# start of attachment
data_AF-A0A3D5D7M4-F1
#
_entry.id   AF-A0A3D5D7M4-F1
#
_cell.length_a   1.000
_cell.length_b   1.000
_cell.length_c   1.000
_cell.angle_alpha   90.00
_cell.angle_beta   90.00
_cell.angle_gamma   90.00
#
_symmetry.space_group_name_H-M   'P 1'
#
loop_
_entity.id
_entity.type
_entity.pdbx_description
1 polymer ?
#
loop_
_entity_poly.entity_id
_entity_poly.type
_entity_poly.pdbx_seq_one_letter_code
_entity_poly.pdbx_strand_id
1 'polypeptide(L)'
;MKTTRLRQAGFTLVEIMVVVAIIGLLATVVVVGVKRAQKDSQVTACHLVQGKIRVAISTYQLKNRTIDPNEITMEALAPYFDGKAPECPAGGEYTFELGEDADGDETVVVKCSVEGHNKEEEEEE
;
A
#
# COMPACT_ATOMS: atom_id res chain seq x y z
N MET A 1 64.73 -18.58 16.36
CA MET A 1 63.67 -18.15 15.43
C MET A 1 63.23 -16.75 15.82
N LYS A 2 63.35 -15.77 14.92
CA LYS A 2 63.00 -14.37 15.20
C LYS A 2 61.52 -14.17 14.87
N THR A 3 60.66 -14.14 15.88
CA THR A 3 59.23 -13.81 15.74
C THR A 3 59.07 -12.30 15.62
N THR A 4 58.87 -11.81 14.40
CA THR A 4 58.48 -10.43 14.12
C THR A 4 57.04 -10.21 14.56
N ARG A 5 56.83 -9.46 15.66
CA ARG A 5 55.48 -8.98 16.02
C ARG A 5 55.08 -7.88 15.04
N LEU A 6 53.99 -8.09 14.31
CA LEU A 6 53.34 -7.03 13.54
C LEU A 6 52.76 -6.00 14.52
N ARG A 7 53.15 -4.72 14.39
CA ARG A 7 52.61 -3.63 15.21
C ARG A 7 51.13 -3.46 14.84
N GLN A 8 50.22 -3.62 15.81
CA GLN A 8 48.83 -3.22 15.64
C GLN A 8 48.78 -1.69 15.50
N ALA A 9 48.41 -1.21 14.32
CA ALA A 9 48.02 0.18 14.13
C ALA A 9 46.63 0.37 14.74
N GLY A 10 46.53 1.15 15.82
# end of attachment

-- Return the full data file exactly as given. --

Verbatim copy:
data_AF-A0A3D5D7M4-F1
#
_entry.id   AF-A0A3D5D7M4-F1
#
_cell.length_a   1.000
_cell.length_b   1.000
_cell.length_c   1.000
_cell.angle_alpha   90.00
_cell.angle_beta   90.00
_cell.angle_gamma   90.00
#
_symmetry.space_group_name_H-M   'P 1'
#
loop_
_entity.id
_entity.type
_entity.pdbx_description
1 polymer ?
#
loop_
_entity_poly.entity_id
_entity_poly.type
_entity_poly.pdbx_seq_one_letter_code
_entity_poly.pdbx_strand_id
1 'polypeptide(L)'
;MKTTRLRQAGFTLVEIMVVVAIIGLLATVVVVGVKRAQKDSQVTACHLVQGKIRVAISTYQLKNRTIDPNEITMEALAPYFDGKAPECPAGGEYTFELGEDADGDETVVVKCSVEGHNKEEEEEE
;
A
#
# COMPACT_ATOMS: atom_id res chain seq x y z
N MET A 1 64.73 -18.58 16.36
CA MET A 1 63.67 -18.15 15.43
C MET A 1 63.23 -16.75 15.82
N LYS A 2 63.35 -15.77 14.92
CA LYS A 2 63.00 -14.37 15.20
C LYS A 2 61.52 -14.17 14.87
N THR A 3 60.66 -14.14 15.88
CA THR A 3 59.23 -13.81 15.74
C THR A 3 59.07 -12.30 15.62
N THR A 4 58.87 -11.81 14.40
CA THR A 4 58.48 -10.43 14.12
C THR A 4 57.04 -10.21 14.56
N ARG A 5 56.83 -9.46 15.66
CA ARG A 5 55.48 -8.98 16.02
C ARG A 5 55.08 -7.88 15.04
N LEU A 6 53.99 -8.09 14.31
CA LEU A 6 53.34 -7.03 13.54
C LEU A 6 52.76 -6.00 14.52
N ARG A 7 53.15 -4.72 14.39
CA ARG A 7 52.61 -3.63 15.21
C ARG A 7 51.13 -3.46 14.84
N GLN A 8 50.22 -3.62 15.81
CA GLN A 8 48.83 -3.22 15.64
C GLN A 8 48.78 -1.69 15.50
N ALA A 9 48.41 -1.21 14.32
CA ALA A 9 48.02 0.18 14.13
C ALA A 9 46.63 0.37 14.74
N GLY A 10 46.53 1.15 15.82